|Date(s):||November 18, 1862|
|Location(s):||NEW YORK, New York|
|Tag(s):||Race Relations: Irish, Civil War|
|Course:||“Digital History: New York, New York,” Stonehill College|
Their eager face showed no doubt or fear. Their hearts pumped full of excitement and pride. As the Irish Brigade took to the streets of New York City, the citizens of the metropolis rose up to cheer them on. The New York Times described in detail the farewell march of the 69th New York Volunteers’ otherwise known as the “Irish Brigade”. The Irish Brigade was an infantry brigade, consisting predominantly of Irish immigrants, which served in the Union Army in the American Civil War. They fought as part of the 69th New York Militia. The Irish Brigade’s in the Civil War was only separate from ever other Union brigade because during the 1800s Irish immigrants were discriminated against and racial profiled by native born citizens and government officials. Other troops did not want to serve with them and deemed them untrustworthy.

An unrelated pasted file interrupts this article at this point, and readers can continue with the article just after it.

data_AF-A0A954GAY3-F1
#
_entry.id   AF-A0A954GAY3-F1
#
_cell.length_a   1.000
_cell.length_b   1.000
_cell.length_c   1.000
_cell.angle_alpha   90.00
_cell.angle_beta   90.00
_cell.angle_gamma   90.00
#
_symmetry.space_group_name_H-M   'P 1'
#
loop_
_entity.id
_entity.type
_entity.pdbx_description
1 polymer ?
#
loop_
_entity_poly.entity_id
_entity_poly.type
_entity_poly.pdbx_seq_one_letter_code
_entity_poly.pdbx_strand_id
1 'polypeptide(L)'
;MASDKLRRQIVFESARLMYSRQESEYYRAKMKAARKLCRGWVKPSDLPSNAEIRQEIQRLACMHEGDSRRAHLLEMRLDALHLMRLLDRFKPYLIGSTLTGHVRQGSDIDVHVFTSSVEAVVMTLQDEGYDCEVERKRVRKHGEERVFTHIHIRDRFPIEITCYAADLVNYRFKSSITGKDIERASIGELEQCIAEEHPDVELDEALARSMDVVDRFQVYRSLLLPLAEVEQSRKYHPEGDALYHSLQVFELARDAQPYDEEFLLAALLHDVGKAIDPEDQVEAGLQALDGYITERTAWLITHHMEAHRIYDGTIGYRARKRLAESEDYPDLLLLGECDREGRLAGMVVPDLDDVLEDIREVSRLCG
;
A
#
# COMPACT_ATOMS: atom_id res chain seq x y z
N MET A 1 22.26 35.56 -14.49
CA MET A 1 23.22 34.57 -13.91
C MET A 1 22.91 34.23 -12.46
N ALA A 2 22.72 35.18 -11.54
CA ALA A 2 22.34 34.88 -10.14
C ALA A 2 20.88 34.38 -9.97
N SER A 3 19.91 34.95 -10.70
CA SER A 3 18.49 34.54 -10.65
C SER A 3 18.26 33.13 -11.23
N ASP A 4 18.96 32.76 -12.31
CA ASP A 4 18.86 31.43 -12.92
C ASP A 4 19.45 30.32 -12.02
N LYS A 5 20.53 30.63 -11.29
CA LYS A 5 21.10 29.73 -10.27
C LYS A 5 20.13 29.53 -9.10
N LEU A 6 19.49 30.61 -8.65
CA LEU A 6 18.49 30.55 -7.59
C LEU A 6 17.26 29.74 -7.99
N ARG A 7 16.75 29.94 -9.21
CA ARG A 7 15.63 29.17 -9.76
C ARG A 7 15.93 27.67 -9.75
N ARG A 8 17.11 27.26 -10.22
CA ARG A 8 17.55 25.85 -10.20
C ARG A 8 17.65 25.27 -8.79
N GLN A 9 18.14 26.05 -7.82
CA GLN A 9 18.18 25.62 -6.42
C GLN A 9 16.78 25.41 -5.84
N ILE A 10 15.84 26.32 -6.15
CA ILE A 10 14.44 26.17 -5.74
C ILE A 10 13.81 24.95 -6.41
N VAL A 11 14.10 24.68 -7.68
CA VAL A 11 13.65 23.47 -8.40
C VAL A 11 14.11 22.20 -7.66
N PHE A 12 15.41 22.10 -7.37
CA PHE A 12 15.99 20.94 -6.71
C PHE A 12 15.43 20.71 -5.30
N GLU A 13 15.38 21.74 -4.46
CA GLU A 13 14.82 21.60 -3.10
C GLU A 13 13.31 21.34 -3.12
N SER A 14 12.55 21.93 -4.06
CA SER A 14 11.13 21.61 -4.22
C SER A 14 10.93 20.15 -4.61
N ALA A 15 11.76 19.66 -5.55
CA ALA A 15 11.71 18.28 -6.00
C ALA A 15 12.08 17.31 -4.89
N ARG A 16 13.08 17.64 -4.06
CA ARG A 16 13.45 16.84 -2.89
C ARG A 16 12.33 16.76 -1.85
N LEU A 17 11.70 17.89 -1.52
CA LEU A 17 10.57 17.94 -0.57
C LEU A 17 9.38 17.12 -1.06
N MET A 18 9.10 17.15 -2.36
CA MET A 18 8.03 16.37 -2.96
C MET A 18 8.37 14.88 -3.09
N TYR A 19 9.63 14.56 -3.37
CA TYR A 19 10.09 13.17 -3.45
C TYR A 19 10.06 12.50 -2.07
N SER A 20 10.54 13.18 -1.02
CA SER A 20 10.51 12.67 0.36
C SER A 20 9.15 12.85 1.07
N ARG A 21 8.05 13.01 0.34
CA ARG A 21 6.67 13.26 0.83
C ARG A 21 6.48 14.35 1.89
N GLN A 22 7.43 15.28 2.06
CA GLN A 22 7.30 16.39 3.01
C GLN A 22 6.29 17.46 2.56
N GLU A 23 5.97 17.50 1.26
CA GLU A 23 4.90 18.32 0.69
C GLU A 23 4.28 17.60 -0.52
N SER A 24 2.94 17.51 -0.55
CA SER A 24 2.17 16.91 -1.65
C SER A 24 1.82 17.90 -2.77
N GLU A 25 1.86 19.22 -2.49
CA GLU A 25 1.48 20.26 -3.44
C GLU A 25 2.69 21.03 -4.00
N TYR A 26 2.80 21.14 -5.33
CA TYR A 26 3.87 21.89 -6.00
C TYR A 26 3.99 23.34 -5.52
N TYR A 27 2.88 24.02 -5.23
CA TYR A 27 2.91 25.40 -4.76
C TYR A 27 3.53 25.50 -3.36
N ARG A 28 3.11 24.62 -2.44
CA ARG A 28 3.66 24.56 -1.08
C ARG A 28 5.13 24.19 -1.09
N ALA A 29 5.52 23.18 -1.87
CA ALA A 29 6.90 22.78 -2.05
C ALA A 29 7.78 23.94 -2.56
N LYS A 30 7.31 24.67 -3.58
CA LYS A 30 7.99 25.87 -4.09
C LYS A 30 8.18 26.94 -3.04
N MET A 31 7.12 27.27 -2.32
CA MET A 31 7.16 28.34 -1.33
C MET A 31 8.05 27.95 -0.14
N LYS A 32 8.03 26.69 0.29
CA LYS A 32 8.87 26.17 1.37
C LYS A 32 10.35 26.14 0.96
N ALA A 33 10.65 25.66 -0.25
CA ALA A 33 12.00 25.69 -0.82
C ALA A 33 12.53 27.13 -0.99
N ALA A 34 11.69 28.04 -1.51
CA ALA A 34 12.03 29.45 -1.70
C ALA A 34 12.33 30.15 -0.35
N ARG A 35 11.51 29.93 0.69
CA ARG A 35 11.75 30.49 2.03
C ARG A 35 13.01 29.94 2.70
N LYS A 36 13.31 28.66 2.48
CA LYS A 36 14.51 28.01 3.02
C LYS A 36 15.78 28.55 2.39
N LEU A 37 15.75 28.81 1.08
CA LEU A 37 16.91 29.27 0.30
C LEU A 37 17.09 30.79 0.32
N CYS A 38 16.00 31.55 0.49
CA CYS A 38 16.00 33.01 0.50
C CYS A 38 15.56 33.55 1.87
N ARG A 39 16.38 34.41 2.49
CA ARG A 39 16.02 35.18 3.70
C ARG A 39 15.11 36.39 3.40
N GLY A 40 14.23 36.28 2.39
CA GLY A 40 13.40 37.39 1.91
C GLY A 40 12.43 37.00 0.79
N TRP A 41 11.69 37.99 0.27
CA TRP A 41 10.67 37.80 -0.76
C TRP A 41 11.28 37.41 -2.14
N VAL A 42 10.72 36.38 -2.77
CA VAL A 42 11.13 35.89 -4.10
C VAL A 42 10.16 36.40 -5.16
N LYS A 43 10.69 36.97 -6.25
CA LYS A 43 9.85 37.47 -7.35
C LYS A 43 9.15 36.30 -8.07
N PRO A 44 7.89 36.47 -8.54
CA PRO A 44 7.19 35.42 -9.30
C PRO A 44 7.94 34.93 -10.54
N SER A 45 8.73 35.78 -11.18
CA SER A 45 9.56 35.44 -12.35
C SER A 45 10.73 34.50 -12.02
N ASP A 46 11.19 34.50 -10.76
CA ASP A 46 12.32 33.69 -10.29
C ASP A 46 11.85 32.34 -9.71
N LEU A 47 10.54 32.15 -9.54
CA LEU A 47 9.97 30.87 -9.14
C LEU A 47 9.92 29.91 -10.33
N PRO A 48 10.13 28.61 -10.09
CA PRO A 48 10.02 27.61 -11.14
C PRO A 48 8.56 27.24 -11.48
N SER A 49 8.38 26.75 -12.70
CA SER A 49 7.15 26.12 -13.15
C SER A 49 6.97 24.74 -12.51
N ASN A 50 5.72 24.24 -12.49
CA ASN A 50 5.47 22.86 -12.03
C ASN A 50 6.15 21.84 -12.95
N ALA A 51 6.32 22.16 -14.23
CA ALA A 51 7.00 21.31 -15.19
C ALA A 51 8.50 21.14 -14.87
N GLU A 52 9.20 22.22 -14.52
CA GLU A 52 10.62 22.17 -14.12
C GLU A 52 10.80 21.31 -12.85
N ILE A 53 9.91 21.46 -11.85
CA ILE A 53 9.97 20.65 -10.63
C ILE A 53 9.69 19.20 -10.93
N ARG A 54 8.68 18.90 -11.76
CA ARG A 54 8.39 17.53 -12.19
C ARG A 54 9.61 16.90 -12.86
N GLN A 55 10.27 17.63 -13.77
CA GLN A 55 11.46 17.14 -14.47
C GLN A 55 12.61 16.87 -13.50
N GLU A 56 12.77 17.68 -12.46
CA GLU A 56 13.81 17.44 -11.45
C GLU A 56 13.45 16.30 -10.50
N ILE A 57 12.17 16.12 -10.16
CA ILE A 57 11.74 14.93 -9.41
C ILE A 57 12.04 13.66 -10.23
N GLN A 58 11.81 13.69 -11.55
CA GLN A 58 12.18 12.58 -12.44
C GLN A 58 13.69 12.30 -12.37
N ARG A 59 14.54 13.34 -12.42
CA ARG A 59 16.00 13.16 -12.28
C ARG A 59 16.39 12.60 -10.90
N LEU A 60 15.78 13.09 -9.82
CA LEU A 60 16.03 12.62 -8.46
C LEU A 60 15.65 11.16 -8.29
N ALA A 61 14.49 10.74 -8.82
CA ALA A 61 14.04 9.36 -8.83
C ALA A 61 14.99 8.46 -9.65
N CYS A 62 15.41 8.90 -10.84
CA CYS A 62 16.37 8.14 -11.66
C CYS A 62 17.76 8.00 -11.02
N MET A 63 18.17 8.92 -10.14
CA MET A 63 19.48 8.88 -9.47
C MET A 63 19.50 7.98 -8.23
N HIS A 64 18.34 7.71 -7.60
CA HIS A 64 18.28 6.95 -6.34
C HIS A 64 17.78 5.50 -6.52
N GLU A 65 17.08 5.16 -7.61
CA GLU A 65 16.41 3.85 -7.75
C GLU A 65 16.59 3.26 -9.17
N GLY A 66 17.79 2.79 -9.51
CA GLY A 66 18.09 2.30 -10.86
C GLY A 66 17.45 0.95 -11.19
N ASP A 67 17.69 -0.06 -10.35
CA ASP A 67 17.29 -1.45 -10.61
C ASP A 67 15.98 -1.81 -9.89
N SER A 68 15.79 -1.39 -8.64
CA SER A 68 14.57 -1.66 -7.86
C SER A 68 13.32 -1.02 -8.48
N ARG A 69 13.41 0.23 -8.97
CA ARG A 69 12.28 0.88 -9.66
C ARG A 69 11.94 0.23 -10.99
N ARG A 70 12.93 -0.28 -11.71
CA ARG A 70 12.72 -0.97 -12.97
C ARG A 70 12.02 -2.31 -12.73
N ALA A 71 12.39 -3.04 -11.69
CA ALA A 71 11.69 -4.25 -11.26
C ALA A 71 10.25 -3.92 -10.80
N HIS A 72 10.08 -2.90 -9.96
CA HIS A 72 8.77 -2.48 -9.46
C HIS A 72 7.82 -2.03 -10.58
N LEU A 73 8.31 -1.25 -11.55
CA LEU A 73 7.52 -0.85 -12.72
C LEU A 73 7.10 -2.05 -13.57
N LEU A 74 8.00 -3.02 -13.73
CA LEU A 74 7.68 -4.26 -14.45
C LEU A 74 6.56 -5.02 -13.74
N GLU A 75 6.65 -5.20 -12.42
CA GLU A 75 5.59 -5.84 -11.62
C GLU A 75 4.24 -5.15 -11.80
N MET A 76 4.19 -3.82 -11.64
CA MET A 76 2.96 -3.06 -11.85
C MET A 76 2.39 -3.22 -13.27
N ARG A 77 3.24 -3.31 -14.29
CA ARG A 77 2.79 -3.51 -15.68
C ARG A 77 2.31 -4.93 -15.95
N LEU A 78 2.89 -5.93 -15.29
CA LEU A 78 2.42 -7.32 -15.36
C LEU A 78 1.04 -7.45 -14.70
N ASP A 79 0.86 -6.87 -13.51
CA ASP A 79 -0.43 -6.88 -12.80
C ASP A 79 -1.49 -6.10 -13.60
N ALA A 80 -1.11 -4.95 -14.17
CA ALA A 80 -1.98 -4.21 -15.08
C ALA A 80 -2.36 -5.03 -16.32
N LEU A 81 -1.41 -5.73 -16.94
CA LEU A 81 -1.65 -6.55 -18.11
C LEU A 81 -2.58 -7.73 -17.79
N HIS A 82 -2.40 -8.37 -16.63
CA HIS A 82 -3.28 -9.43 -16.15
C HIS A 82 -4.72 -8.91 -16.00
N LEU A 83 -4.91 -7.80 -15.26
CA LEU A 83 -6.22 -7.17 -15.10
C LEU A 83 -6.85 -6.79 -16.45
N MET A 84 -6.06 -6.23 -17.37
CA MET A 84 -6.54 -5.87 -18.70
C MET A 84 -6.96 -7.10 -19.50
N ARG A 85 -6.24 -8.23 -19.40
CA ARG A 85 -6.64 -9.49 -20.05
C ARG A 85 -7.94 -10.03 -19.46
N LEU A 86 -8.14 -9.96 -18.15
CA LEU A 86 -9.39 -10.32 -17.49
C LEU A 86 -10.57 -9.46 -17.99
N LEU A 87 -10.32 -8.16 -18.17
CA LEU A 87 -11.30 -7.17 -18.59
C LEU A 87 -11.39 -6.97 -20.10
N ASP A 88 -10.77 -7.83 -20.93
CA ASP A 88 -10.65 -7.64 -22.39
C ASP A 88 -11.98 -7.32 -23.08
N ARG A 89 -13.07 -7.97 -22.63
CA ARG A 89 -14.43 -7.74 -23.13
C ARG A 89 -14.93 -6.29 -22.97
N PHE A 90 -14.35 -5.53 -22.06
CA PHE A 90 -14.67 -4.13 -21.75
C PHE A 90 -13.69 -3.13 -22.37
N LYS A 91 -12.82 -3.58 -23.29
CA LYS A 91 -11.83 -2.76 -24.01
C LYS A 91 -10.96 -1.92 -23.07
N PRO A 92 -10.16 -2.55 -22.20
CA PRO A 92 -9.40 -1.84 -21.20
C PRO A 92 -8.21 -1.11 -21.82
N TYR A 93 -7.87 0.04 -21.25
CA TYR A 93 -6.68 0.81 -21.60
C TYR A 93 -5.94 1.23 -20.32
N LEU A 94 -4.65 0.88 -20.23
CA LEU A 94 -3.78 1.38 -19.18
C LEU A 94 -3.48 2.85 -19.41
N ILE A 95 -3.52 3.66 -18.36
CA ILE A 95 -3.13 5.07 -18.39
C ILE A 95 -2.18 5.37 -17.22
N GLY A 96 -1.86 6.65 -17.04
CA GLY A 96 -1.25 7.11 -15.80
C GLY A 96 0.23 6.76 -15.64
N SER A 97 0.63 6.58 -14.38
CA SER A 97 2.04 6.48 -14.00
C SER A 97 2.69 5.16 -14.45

For many of these Irish American soldiers, a cheering crowd of New Yorkers might have been a surprise. Before the war, Irish immigrants faced widespread discrimination. Driven out of Ireland by the Potato Famine in 1845 and 1852, arriving in America poor and unprepared for urban life, the Irish faced widespread racism when they arrived in their adopted country. Many “native” citizens of America looked down on the Irish believing them to be poor and criminals. The Irish immigrants’ wiliness to work for little pay also threatens establishes citizens' who feared their employers would hire Irish workers to save money. The military's decision to separate the Irish into their own brigade reflected the prejudice against the Irish, such as the Know-nothing Party.
To their fellow immigrants, the Irish Brigade gave hope that they could be accepted in America and recognized as equals by other Americans. In the years to come, the ancestors of the first Irish Brigade would witness their acceptance into mainstream American culture including Civil Right Acts 1866 and 1964 have been passed to help stop discrimination in American.